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In their season opener Wednesday, Atlanta second-year man DeAndre’ Bembry came off the bench and played 17:45, scored six points and was +13 on the night. It was a good start to his career.

But now he is going to miss some time with a fractured wrist.

Bembry underwent an MRI, which revealed a fracture in his right wrist, the Hawks announced Friday. He will return to Atlanta with the team (the Hawks lost to the Hornets Friday night) and will meet with team doctors at the Emory Orthopaedics & Spine Center on Monday. His status will be updated after that.

“We just may play some other guys more, we may use some of the young guys,” Hawks coach Mike Budenholzer told the AP before Friday night’s game. “We’ll just figure it out tonight and as we move forward. I don’t think there’s anything guaranteed for anybody, it’s unfortunate for DeAndre’ and for us.”

 

Danny Ainge says Celtics will apply for Disabled Player Exception

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It’s not likely Gordon Hayward returns this season. His agent said as much, although a return in March is not out of the question. (It’s better PR wise for the Celtics to say he is out for the season, then if he returns early great, it’s better than setting a deadline he doesn’t meet.)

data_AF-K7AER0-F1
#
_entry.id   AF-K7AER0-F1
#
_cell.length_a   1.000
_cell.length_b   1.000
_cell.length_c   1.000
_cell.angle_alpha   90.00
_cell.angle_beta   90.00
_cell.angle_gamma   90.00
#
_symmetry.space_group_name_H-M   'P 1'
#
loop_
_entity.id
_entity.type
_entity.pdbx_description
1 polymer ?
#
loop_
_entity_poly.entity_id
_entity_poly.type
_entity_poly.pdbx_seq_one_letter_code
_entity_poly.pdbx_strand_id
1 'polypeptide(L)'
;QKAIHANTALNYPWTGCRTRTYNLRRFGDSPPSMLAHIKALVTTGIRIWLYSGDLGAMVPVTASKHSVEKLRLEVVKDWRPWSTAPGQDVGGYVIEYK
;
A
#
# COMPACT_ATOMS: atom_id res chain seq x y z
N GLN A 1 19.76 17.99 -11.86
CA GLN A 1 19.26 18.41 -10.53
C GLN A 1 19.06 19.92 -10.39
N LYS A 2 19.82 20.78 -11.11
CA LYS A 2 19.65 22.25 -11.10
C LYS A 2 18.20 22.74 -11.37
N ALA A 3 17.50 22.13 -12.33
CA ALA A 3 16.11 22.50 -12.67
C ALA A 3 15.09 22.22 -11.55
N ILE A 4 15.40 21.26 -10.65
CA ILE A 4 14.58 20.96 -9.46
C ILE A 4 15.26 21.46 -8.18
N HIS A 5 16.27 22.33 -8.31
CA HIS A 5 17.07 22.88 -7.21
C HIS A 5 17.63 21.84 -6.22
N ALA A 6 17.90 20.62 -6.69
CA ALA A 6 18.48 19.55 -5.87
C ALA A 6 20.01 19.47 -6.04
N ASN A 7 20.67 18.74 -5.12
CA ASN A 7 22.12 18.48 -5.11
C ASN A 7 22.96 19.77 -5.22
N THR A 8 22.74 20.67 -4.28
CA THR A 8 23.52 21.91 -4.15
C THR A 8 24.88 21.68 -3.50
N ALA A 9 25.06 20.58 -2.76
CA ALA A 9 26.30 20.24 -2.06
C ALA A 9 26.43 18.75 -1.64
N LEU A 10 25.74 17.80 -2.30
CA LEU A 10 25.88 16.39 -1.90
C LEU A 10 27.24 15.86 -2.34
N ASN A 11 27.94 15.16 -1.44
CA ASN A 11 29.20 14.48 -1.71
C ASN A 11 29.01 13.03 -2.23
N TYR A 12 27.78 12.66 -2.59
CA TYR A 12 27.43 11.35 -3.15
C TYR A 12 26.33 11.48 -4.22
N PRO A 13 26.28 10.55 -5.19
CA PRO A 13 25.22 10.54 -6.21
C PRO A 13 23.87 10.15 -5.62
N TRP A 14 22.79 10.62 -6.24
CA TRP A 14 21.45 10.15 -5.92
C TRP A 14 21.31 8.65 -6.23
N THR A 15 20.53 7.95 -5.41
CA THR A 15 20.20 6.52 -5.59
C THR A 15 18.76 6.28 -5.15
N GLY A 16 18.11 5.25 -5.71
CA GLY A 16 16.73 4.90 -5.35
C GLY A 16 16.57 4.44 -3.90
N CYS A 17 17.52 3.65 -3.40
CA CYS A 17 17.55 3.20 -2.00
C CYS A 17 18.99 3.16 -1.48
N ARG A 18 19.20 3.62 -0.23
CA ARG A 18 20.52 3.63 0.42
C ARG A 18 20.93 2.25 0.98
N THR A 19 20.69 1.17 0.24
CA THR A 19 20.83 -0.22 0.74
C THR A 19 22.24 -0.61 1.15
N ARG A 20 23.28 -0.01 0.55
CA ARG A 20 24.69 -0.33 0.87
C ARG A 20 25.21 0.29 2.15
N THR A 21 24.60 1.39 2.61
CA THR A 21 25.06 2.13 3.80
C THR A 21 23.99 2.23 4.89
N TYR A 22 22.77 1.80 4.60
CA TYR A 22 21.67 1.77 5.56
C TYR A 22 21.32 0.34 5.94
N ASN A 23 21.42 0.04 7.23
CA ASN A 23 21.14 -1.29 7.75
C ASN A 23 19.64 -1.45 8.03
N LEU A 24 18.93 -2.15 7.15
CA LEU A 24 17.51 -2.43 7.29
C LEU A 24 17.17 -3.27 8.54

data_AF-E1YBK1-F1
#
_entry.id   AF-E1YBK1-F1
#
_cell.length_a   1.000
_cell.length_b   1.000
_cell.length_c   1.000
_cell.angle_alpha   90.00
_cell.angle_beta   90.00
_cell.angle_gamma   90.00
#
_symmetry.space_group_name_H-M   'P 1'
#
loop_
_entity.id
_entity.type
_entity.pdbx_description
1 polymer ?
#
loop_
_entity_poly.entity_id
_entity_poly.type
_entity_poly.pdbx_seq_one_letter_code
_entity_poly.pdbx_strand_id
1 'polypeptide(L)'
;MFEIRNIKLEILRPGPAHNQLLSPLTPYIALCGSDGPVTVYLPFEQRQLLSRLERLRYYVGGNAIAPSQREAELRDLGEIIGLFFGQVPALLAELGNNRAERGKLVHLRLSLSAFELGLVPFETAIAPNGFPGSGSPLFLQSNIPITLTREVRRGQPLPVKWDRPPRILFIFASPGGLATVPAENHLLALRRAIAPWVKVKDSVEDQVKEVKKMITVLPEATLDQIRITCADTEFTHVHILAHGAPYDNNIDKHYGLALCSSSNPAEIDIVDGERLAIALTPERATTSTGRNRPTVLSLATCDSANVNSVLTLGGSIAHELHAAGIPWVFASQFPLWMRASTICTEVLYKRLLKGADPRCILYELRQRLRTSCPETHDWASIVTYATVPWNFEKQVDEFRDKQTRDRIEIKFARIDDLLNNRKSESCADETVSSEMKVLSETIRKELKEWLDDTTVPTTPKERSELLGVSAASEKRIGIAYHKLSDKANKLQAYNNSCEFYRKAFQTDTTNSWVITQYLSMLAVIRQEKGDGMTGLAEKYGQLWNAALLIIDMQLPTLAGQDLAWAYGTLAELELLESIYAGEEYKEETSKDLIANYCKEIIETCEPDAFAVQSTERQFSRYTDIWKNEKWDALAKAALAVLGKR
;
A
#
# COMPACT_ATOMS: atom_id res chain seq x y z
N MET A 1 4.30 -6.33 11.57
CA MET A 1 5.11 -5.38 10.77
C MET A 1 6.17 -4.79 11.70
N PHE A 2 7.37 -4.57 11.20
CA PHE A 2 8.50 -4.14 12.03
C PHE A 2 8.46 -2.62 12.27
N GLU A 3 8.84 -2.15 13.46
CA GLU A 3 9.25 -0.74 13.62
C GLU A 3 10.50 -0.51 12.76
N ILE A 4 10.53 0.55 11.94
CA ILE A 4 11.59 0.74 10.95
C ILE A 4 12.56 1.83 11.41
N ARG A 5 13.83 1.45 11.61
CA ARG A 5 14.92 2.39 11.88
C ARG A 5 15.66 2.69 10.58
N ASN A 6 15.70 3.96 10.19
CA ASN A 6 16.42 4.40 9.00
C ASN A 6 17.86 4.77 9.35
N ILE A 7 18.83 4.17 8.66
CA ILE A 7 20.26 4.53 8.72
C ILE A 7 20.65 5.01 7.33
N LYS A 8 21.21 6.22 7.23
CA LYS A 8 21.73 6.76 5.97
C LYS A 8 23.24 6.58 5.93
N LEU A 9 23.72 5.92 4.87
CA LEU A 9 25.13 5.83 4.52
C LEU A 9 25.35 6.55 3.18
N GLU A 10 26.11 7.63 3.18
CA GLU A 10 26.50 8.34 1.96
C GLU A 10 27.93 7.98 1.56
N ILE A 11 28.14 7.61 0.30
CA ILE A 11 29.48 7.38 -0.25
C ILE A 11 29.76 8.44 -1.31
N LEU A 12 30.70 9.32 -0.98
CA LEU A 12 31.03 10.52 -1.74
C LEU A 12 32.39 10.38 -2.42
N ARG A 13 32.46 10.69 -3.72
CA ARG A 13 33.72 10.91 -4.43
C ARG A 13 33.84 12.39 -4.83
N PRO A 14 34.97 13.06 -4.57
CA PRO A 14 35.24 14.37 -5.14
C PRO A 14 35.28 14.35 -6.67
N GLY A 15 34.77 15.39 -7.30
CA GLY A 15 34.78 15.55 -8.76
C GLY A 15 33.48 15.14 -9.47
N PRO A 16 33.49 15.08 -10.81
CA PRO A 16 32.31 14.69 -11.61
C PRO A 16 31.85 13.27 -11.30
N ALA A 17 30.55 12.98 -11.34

With that, the Celtics are going to apply for the Disabled Player Exception, which could help them land a replacement player, Danny Ainge told Gary Washburn of the Boston Globe.

President of basketball operations Danny Ainge told the Globe on Friday the club is applying for the Disabled Player Exception, which would provide the Celtics $8.4 million to pursue a player to fill Hayward’s roster spot.

“We’re in the process of doing that,’’ Ainge said. “We have a while to do that. There’s no urgency, but we will apply for that.”

There are limits to what that money can get the Celtics. The money is the same as the mid-level exception, the Celtics can go over the cap to use it, and the player can be obtained via free agency or trade. However, the player must be in the last year of his contract.

It gives the Celtics options. It also does not mean Hayward cannot return, it only means NBA-approved doctors determined he is not likely to return before a mid-June deadline.

Kings hire former WNBA Seattle coach Jenny Boucek as assistant

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The NBA now has a third female assistant coach.

The first was Becky Hammon, who has been part of Gregg Popovich’s Spurs staff for several years (and has coached their Summer League team). The second was Nancy Leiberman, who has been on the staff in Sacramento for a couple of seasons now.

Now the Kings have hired former Seattle Storm coach Jenny Boucek as an assistant coach on Dave Joerger’s staff. She will work as an assistant player development coach.

A former WNBA player in the league’s inaugural season, the past three years she has coached the WNBA’s Seattle Storm (she was fired midway through the last season), and prior to that had been the head coach of the Sacramento Monarchs from 2007-09.